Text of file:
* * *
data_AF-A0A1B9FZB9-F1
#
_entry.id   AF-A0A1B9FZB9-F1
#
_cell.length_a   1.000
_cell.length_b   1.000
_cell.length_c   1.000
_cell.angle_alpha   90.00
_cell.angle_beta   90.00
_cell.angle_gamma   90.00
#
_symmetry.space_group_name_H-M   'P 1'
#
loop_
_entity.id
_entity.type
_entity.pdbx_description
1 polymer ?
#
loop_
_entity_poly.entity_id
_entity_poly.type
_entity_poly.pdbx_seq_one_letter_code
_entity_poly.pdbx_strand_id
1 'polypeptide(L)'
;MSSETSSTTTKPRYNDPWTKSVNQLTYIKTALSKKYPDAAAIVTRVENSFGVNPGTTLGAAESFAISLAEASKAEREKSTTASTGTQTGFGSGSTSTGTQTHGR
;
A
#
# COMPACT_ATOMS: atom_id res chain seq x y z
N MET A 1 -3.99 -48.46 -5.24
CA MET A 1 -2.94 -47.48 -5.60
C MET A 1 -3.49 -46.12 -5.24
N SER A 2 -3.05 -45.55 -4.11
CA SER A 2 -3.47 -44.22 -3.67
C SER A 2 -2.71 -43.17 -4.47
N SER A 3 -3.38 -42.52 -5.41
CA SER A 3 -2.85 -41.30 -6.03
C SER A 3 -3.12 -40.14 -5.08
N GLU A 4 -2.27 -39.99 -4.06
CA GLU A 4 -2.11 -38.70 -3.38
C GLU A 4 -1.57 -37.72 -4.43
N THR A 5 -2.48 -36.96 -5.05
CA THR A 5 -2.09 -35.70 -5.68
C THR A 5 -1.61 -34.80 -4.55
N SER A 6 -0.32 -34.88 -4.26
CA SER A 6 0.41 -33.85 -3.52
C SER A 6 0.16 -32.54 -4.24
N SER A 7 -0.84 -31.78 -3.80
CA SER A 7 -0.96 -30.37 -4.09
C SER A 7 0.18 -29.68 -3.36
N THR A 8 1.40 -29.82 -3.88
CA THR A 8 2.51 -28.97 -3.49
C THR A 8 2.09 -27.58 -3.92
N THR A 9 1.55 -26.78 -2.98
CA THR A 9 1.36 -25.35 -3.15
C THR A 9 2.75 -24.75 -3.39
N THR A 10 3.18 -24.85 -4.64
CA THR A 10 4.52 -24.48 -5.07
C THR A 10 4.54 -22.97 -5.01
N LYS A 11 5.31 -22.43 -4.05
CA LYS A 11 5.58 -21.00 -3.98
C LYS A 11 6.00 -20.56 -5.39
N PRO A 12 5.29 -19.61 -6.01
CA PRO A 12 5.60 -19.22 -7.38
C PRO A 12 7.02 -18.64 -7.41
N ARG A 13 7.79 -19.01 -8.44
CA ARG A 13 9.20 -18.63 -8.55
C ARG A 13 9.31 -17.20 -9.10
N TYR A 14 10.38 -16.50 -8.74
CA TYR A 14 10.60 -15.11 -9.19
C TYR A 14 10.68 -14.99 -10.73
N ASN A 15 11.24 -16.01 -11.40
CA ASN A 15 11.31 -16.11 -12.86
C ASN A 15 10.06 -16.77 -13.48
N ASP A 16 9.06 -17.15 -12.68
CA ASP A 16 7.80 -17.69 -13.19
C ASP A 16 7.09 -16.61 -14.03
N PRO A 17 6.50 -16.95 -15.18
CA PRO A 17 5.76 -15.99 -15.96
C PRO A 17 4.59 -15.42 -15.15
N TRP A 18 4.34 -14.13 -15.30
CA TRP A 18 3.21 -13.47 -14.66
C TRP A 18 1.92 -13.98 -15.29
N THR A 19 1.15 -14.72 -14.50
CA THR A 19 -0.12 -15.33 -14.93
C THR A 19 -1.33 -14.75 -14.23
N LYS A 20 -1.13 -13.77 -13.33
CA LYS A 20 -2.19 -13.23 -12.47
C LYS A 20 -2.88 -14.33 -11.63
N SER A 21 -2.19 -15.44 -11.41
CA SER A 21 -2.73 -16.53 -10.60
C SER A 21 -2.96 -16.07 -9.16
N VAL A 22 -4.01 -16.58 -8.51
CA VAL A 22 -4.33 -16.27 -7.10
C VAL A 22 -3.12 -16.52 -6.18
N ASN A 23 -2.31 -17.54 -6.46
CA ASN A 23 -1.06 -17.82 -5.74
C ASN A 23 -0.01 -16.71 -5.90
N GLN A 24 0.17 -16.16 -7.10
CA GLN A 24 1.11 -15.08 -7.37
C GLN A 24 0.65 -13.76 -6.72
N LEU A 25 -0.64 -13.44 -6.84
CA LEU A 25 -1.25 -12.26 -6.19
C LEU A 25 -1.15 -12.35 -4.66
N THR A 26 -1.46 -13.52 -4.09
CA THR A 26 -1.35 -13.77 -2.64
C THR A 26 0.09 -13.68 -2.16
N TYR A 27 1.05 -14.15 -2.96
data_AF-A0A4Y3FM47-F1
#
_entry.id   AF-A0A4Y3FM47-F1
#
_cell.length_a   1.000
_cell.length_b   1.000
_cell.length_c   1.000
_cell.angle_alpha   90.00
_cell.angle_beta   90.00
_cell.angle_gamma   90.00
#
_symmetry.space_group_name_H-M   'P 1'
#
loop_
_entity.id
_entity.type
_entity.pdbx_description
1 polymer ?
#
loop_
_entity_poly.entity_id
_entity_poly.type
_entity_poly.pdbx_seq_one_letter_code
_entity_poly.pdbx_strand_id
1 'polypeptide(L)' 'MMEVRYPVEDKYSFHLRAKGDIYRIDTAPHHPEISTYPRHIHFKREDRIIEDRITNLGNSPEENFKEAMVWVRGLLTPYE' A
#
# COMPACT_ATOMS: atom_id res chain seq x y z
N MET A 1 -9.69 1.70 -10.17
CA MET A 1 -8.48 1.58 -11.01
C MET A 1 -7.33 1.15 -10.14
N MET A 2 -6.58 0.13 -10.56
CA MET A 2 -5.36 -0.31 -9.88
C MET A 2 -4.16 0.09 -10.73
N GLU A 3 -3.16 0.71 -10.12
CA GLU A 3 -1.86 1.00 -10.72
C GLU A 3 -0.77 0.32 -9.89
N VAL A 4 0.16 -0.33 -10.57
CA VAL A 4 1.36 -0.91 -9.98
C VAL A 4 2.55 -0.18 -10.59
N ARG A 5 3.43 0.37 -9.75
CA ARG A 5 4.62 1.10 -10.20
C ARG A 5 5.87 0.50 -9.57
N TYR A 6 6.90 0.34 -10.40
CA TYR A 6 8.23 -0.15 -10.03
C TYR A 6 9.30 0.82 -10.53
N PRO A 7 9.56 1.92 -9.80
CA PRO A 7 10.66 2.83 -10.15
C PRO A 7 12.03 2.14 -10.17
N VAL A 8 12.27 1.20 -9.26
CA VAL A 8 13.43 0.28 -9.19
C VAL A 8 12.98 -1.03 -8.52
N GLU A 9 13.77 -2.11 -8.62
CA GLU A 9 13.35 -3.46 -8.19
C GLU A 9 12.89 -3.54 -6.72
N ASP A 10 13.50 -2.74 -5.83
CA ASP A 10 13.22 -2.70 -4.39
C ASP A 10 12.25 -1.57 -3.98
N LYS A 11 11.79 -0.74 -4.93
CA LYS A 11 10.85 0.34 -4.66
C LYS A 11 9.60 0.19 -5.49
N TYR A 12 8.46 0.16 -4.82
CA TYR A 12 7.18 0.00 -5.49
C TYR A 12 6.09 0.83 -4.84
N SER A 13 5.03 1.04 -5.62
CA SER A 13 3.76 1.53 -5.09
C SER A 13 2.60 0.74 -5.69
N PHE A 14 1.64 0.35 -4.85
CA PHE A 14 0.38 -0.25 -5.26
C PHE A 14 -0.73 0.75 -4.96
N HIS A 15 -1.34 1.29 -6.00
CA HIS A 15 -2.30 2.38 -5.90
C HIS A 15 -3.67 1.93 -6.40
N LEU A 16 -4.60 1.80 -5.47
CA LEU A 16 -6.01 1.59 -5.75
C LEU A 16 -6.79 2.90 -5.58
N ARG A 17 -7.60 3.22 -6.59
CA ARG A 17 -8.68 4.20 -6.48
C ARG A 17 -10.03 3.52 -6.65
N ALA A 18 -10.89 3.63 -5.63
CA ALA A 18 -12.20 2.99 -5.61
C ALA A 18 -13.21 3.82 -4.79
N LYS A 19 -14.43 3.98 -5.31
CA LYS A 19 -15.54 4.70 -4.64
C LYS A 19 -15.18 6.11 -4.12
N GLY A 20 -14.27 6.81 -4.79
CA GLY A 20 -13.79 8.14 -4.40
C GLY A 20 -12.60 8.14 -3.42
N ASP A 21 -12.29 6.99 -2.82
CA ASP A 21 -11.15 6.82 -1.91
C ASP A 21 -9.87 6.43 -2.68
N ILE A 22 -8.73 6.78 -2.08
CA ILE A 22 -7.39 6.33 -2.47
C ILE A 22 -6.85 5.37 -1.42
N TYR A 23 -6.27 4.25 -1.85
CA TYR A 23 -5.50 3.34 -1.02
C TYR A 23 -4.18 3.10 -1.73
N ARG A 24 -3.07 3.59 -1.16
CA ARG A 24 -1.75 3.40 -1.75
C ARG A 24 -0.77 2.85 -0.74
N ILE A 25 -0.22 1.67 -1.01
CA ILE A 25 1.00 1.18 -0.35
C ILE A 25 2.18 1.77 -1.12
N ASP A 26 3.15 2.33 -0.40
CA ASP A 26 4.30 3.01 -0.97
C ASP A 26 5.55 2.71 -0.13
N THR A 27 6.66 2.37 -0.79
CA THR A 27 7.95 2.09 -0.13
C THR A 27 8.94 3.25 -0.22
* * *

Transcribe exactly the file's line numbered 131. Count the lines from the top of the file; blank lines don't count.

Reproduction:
_entity_poly.type